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“An unwavering proclamation of Black girlhood.” —Candice Iloh, author of National Book Award finalist Every Body Looking
From Ibi Zoboi, bestselling, award-winning author of American Street and co-author of Punching the Air, comes a bold new YA coming-of-age story, which explores race, feminism, and complicated family dynamics. The ideal next read for fans of Elizabeth Acevedo, Jacqueline Woodson, and Roxane Gay.
Warrior Princess. That’s what Nigeria Jones’s father calls her. He has raised her as part of the Movement, a Black separatist group based in Philadelphia. Nigeria is homeschooled and vegan and participates in traditional rituals to connect her and other kids from the group to their ancestors. But when her mother—the perfect matriarch of their Movement—disappears, Nigeria’s world is upended. She finds herself taking care of her baby brother and stepping into a role she doesn’t want.
Nigeria’s mother had secrets. She wished for a different life for her children, which includes sending her daughter to a private Quaker school outside of their strict group. Despite her father’s disapproval, Nigeria attends the school with her cousin, Kamau, and Sage, who used to be a friend. There, she begins to flourish and expand her universe.
As Nigeria searches for her mother, she starts to uncover a shocking truth. One that will lead her to question everything she thought she knew about her life and her family.
From award-winning author Ibi Zoboi comes a powerful story about discovering who you are in the world—and fighting for that person—by having the courage to be your own revolution.
Ibi Zoboi holds an MFA from Vermont College of Fine Arts. Her novel American Street was a National Book Award finalist and a New York Times Notable Book. She is also the author of Pride and My Life as an Ice Cream Sandwich, a New York Times bestseller. She is the editor of the anthology Black Enough. Born in Haiti and raised in New York City, she now lives in New Jersey with her husband and their three children. You can find her online at ibizoboi.net.
“Zoboi artfully introduces each chapter through an epigraph, each a quote either altered to center or by Black women, and structures the book by article, ultimately creating the Constitution of Nigeria Jones. These stylistic choices echo the themes of Black girlhood and intersectionality seamlessly woven throughout Nigeria’s story. A beautifully constructed portrait of one young woman growing into her own that will move readers to deeply consider the very same questions Nigeria must answer for herself.” — School Library Journal (starred review)
“Through Nigeria’s powerfully resonant first-person voice, Zoboi’s mesmerizing storytelling soars.” — Publishers Weekly (starred review)
“This book calls for deep discussions about the roles of Black women in the Black freedom struggle as well as the role of young people in these movements…. An opportunity for teen readers to begin grappling with their own ideas of what the revolution looks like.” — Horn Book (starred review)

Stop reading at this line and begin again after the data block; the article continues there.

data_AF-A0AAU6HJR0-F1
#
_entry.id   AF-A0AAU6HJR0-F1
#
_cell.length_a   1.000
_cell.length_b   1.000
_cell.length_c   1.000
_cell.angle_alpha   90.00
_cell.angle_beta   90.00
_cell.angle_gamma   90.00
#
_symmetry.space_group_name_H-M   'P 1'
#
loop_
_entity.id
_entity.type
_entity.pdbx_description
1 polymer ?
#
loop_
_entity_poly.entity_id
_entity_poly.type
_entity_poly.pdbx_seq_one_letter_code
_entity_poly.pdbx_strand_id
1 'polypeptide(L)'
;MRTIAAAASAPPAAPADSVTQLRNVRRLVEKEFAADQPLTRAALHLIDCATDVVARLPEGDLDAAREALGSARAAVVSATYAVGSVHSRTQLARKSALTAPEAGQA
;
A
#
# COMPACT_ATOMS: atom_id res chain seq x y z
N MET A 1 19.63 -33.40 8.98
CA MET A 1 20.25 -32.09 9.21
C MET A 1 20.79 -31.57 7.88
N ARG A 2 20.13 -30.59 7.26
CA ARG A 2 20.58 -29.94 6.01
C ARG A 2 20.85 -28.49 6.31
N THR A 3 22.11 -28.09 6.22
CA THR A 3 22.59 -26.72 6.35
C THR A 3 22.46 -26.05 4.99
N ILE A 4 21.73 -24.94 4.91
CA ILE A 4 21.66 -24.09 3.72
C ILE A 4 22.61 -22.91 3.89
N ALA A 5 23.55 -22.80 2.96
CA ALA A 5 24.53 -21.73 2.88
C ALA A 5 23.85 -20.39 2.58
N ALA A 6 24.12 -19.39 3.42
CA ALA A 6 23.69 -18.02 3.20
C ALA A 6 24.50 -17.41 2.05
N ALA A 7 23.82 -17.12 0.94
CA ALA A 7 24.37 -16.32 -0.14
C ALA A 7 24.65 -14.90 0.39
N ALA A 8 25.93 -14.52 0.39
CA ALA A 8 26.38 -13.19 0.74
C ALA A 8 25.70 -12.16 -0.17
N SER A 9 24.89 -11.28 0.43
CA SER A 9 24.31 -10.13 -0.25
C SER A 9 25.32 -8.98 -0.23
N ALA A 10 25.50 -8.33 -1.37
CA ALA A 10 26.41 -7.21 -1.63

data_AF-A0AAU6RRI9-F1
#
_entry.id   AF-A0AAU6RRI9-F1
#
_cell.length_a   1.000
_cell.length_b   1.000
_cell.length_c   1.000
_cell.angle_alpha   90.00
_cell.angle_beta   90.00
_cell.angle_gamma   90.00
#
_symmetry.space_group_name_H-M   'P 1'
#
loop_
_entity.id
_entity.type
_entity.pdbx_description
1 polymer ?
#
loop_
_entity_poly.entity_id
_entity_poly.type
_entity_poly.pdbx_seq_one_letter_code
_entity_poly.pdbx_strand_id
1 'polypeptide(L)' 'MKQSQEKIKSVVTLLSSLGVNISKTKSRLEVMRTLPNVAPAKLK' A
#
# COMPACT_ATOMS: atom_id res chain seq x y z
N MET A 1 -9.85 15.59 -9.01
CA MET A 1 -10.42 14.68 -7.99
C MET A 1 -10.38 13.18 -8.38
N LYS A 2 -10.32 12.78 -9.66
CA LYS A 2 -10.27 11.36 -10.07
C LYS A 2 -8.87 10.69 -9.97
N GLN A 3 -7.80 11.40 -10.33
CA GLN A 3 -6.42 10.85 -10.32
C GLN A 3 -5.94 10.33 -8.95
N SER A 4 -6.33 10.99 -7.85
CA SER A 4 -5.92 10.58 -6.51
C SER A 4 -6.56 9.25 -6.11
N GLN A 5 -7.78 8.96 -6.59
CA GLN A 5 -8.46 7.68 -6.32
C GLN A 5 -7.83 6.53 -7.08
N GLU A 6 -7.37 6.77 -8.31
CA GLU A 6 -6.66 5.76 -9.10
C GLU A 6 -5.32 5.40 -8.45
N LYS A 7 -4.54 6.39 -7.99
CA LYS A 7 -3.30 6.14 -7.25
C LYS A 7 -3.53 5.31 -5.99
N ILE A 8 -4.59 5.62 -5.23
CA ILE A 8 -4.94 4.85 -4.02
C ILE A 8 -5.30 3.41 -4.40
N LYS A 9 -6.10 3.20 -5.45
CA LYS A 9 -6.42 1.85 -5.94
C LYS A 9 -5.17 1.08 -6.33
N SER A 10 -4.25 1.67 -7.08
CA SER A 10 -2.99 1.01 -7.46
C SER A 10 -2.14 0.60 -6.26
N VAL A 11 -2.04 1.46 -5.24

“An emotional journey…. It is through this story that we see the multilayered truth of Black identity.” — ALA Booklist
“[Nigeria’s] personal journey toward emotional and radical self-honesty shapes this superb story.… A thoughtful reflection of real multilayered freedom struggles within Black diasporic communities. A strong declaration for supporting, loving, and empowering all Black women everywhere.” — Kirkus Reviews
“An elaborate structure and ideological boldness truly set Zoboi’s novel apart.” — Bulletin of the Center for Children’s Books
"Nigeria Jones is an unwavering proclamation of Black girlhood that stretches far beyond surface ideas of strength, tenacity, and survival. This is a story that plunges head first into the nuances of a teenage girl's personhood, while contemplating what it means to be seen as a small part of a whole. Ibi Zoboi offers a bold meditation on what it means to question your place in, while being critical of, a community that has always been your home. Here, she asks: what does a Black girl do with her guilt and her grief in the midst of all her power?" — Candice Iloh, author of National Book Award finalist Every Body Looking
"To read Nigeria Jones is to have the honor of being invited to one of the most unapologetically Black, womanist, and liberating worlds ever penned. Ibi Zoboi has masterfully woven together a story that explores the dynamism of marginalized people who have often been erased from American literary canon. Through Nigeria and other deeply compelling characters, Ibi has written a love letter to any and everyone who has yearned to feel seen, fought for survival, and been driven by the hope of freedom. If there is a list of essential books for young people, Nigeria Jones MUST be on it." — Frederick Joseph, New York Times Bestselling Author
"Nigeria Jones is a passionate, powerful, and fearless novel about grief and discovering one's own true identity. A brilliant coming-of-age declaration." — Malinda Lo, National Book Award–winning author of Last Night at the Telegraph Club
"The bravest book--about the bravest teenage girl doing the absolute bravest things--I've read in a long time. That we would all learn to move, think, live, and LOVE as fervently as Nigeria Jones." — Nic Stone, New York Times bestselling author of Dear Martin